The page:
Sunday, October 9, 2011

Opeth's Heritage puts focus on thinking man's gothic folk

Whenever your favorite band opts for a major change of direction, the results usually aren't pretty..

I've seen it happen countless times; bands that I was adored morphed into something totally unrecognizable. They lose touch with what made them great, usually for reasons no more noble than a simple cash grab.

They always have their defenders: those who claim they're naturally evolving or changing, and that the old school fans need to get over it. But who are we kidding? It's not coincidence that this supposed "evolution" is always toward a vastly more commercial direction.

But every once in a blue moon, a band elects to make a considerable shift in sound or philosophy and it actually works. Such is the case with Opeth's latest record, Heritage. Leading up the release, apprehensions were culled over the revelation that Heritage would eschew death metal vocals, which had been a key element in the band's music heretofore.

But that's not that only major change taking place in this most recent observation of Opeth; most of the fundamental metal elements are gone as well. Rather, Heritage is much more of a gothic folk record. The unbridled elements of 70s prog and folk that Opeth has mixed in with its metal on previous records takes center stage here.

Metal purists will be disappointed, but anyone who was able to appreciate both halves of Opeth's dual pronged attack should be pleased with the results.

When I first heard the lead single, "The Devil's Orchard," I was unimpressed. My main misgivings were over how thin the guitars sounded, and after repeated listens I still hold this as a legitimate complaint. But I'm more interested in the way they have been able to make something fresh and new while still infusing it with their signature sound.

Other highlights include "I Feel the Dark," which opens with a slinky acoustic riff and sticks to folk territory for the most part. But there is a great heavy section that will leave you in awe. In ancient folklore, "Nepenthe" was mythical drink that had the power to cause you to forget your hardships. Hearing the ethereal guitar work that opens said track might have a similar effect on the listener, but if it doesn't then Martin Mendez's jazzy bass groove should do the trick.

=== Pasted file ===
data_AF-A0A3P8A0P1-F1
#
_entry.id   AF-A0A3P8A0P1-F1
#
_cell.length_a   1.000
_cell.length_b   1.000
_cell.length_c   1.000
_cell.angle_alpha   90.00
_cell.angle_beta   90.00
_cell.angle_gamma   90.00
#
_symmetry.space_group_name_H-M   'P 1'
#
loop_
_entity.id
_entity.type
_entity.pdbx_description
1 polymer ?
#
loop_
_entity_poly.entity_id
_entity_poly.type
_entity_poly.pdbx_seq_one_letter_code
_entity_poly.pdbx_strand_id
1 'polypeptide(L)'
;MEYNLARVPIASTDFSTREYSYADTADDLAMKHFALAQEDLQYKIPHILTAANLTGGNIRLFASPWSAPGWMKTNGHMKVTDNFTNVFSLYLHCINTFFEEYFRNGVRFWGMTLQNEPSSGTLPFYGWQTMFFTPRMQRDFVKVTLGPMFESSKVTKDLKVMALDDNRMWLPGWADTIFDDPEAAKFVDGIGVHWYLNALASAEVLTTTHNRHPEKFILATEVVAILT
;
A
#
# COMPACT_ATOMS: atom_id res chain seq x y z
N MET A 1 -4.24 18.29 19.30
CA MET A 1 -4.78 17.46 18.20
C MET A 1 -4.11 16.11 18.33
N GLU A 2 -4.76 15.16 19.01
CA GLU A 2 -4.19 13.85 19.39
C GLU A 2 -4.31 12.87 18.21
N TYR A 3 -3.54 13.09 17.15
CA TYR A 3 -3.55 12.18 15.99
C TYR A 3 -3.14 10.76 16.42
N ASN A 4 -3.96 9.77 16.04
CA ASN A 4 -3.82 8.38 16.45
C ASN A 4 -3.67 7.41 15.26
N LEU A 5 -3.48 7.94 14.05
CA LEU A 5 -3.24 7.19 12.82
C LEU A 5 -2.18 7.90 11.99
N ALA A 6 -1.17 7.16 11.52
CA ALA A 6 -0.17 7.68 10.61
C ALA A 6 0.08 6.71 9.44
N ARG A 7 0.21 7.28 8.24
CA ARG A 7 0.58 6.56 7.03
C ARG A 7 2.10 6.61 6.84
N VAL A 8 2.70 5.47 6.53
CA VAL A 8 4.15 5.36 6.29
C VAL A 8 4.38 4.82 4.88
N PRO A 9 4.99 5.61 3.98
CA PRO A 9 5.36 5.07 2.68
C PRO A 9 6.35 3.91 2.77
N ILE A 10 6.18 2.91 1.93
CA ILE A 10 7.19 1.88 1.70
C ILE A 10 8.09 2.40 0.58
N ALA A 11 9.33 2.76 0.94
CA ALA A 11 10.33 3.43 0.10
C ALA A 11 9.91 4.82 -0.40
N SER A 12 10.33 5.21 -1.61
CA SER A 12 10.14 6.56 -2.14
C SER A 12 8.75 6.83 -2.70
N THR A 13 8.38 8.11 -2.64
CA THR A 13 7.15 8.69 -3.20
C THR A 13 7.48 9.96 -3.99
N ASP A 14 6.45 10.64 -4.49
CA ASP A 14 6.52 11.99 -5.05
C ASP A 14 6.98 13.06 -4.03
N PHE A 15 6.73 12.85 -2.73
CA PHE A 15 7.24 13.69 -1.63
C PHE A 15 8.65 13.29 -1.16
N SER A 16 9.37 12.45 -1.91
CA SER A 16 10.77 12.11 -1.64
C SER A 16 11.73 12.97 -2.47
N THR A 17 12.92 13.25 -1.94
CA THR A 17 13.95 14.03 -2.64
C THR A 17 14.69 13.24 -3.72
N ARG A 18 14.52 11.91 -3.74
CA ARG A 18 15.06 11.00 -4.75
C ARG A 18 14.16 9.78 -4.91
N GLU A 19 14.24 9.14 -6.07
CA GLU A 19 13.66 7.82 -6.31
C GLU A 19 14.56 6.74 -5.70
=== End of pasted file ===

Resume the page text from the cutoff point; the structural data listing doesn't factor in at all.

Then you have "Slither," a rollicking rocker dedicated to the memory of Ronnie James Dio, which Akerdeldt says is custom designed to sound like a Rainbow song. It sounds nothing like Opeth has ever done, but the sound suits them so well I wouldn't blame them if they penned a few more tracks like this in the future.

"Famine" has a breakdown with sludgy guitar and a demented flute solo which sounds like a deranged combination between Black Sabbath and Jethro Tull. "The Lines in My Hand" is a short 3 1/2 minute burst of groovy bass, and energetic guitar leads packaged in between a pair of longer epics. "Haxprocess" strikes an ominous mood, while closer "Marrow of the Earth" is essentially an extended suite of a track like "For Absent Friends" or "Patterns in the Ivy."

The first half of the album is easily more accessible, with tracks like "The Devil's Orchard," "I Feel the Dark," and "Slither," which are instantly recognizable classics. The second half is slightly more difficult, but reward repeated listens.  Heritage may not be up there with gold standards like Blackwater Park or Deliverance, but it is still a solid entry into Opeth's catalog, and provides a vibe that only they can pull off.

Score: 87/100

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